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Dreaming in a World Build on Caste-Based and Gender-Based Violence

Statement of Solidarity for Dalit Movements and Women’s Movements in India By Sajhe Sapne

At Sajhe Sapne, every first conversation with a person begins with her dreams. Be it our students in different villages, team members, volunteers or funders — it is a community of dreamers — wanting to grow with the dreams of young women in villages.

Some of our students want to become supervisors in a company, some want to become social workers. Some don’t know what they want to become yet but definitely want to become ‘something’.

Each of these young women has extraordinary determination to imagine a future much different than their current reality. A couple of students belong to Musahar community in Bihar which is a Maha-Dalit community primarily employed in extremely low-paying jobs which often keep them ostracised by broader society around. Others belong to Yadav community, Other Backward Classes/OBCs, in Bundelkhand, a clout that safeguards a caste-hierarchy between OBCs and Scheduled Castes (SCs) in the region.

Talking about caste with clarity comes easy to Sajhe’s students. They despise casteism, they don’t deny its power. They don’t discuss its validity, they discuss its role in shaping their lives. This conversation is easy for them.

What is not easy is to untangle their dreams from the customs designed by India’s deep rooted casteism and gender inequality.

The imagination to become ‘something’ reflects the fear of being stopped, threatened and killed if they become too big, too soon. ‘You have studied too much for your own good’ — a commonly spoken remark (sometimes, a warning) not just in low-income and Dalit families but to women pretty much across classes and castes in India — our team members experience is no different with their communities.

As each one of us make bigger plans for themselves in Sajhe, everyone esp. the students know this backlash is coming for them.

So, what does it mean to be dreaming when caste-based and gender-based violence and discrimination is ingrained in our social fabric?

It means knowing that dreaming is an uphill challenge. It means constantly spending time and attention to prepare for a battlefield that is laid down by the local community, made aware by the family, strengthened by the entry barriers to opportunities and upheld by every mainstream institution and its gatekeepers.

It means preparing as if your dreams are grenades you hold in your hands — if you don’t tread carefully, with utmost alertness, they might be self-destructive.

It means spending hours learning about self-defense, caste and gender modules in syllabus, learning how to stand up for yourself against peers, family, people in power, strangers on streets and yet find ways to have meaningful relationships with those who might violate you often — time that could have been otherwise spent on making your imagination more vibrant, increasing your race towards your and others dreams.

It is this time that needs to be spent on preparing instead of living freely — that’s how you dream in a world which thrives on gender and caste-based hierarchies. It means carrying the visuals of Manisha’s burning pyre surrounded by policemen in mind when bargaining with our family to go away in a different study to pursue higher education.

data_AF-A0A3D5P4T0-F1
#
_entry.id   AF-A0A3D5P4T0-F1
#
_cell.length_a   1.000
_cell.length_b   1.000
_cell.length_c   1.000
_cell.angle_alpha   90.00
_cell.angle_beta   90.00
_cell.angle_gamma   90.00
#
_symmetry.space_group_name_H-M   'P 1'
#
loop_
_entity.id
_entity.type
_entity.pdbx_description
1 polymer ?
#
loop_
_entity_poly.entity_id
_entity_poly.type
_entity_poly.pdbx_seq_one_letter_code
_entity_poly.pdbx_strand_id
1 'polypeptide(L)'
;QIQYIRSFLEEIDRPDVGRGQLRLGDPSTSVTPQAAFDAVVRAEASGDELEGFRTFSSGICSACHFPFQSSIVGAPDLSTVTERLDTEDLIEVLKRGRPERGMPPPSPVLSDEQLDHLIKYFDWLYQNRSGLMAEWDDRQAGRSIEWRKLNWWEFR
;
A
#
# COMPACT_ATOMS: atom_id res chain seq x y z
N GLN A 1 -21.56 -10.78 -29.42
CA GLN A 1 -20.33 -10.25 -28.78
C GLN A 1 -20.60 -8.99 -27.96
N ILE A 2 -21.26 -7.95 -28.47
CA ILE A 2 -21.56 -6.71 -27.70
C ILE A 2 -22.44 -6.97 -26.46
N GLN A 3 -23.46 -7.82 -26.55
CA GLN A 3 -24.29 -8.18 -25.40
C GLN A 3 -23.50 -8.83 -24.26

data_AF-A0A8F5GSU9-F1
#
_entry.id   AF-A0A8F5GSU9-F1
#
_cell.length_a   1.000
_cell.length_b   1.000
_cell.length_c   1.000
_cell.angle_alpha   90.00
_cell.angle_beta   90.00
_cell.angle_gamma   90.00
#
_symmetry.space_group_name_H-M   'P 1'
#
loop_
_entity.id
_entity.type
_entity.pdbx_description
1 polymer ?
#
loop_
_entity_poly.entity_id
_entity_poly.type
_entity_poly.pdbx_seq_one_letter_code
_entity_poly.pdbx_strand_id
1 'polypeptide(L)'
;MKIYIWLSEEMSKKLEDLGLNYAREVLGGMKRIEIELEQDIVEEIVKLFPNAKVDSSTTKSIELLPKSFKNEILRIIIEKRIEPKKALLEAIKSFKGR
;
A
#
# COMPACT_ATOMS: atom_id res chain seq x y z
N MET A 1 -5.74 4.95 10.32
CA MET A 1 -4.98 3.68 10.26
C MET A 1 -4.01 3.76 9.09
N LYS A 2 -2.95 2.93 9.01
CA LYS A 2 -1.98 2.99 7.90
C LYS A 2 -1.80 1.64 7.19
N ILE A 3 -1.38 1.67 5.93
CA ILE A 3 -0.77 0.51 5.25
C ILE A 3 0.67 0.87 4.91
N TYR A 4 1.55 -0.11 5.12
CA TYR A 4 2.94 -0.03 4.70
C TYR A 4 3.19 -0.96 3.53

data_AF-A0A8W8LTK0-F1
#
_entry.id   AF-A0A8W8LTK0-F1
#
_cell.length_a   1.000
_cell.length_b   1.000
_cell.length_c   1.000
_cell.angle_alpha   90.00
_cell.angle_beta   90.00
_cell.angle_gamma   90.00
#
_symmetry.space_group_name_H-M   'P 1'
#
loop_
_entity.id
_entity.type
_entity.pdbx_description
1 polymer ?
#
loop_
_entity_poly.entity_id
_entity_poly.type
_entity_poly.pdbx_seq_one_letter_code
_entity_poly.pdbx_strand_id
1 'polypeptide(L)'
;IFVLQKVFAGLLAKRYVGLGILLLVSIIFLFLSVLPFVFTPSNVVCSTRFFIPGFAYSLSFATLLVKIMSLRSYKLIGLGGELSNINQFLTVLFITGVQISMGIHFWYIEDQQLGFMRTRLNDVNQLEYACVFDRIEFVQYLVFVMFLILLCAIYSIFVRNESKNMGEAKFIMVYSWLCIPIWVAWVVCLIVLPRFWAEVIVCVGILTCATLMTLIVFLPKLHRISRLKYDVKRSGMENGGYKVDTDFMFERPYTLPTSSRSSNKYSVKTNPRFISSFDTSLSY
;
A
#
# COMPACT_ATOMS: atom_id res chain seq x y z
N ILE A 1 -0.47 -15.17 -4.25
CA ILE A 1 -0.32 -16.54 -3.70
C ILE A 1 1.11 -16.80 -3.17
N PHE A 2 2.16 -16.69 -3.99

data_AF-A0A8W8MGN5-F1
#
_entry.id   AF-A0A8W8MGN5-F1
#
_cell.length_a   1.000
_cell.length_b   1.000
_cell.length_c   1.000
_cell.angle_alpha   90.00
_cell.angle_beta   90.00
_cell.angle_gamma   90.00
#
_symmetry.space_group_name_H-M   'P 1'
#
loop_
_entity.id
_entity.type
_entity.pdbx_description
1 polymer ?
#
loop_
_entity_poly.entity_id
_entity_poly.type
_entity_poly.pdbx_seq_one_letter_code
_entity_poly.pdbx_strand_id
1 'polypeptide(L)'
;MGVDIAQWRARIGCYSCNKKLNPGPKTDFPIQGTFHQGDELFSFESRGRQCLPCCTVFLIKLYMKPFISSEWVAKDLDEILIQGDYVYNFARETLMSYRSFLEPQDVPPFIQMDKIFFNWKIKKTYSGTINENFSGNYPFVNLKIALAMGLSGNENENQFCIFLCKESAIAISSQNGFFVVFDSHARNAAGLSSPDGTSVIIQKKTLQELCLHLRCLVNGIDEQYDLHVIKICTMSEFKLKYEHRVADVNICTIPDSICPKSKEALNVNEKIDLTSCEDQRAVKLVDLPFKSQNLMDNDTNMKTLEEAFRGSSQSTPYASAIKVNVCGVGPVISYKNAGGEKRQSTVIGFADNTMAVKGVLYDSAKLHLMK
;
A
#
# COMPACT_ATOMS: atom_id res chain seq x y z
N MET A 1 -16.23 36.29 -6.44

When the country is gripped by news of yet another gang-rape by upper caste Thakur men of a Dalit woman in Hathras followed by the news of few more rapes in UP in just last few days, we at Sajhe sighed reflecting on the reasons why we need to work harder and how much we need to work.

It is yet another reminder that no one individual or organisation is enough — a reminder to be despite our differences, our individual preferences of ways of working we will have to keep the cause above ego. And keep working, learning and pushing the movements forward.

We as individuals, as an organisation and as citizens of this democratic country strongly condemn the gender and caste based violence in Hathras among other places. We offer our solidarity to ongoing Dalit movements and women’s movements in the country who have been strongly rising up against strong tides of economic, social and political powers for decades. We offer our hopes to those who are arising now with lots of potential to drive these movements forward. We offer our grief to those being traumatised by the ongoing events in the country.

In this moment of reflection, we commit following actions from our end :

  1. Sajhe Sapne would follow an affirmative action and equal opportunity hiring and student on-boarding policy giving support and encouragement to people from marginalised communities.
  2. Our skilling courses for students have gender and caste modules — social leaders that will graduate from Sajhe’s skilling programs would be informed and sensitive people.
  3. Each team member and volunteer associated with Sajhe would need to commit to learn about how gender, caste and class plays out in our individual lives especially in our professional spaces.
  4. We will continue to amplify names and women of villages on spaces in media, our external communication — instead of becoming their voice, step down from the stage for them to speak for themselves.

We hope one day the villages of this country, the women of this country are not in news because of their pain but because of their potential.

In Solidarity,
Sajhe Sapne Family

Phula, Santoli, Rinki, Shivi, Shalini, Arushi, Puja, Anusha, Reshma, Anita, Harshi, Monisha, Soumya, Sandhya, and Surabhi

Founder: sajhesapne.org and @women_at_leisure (Instagram). Can be found excessively talking about dreams of women in villages in India.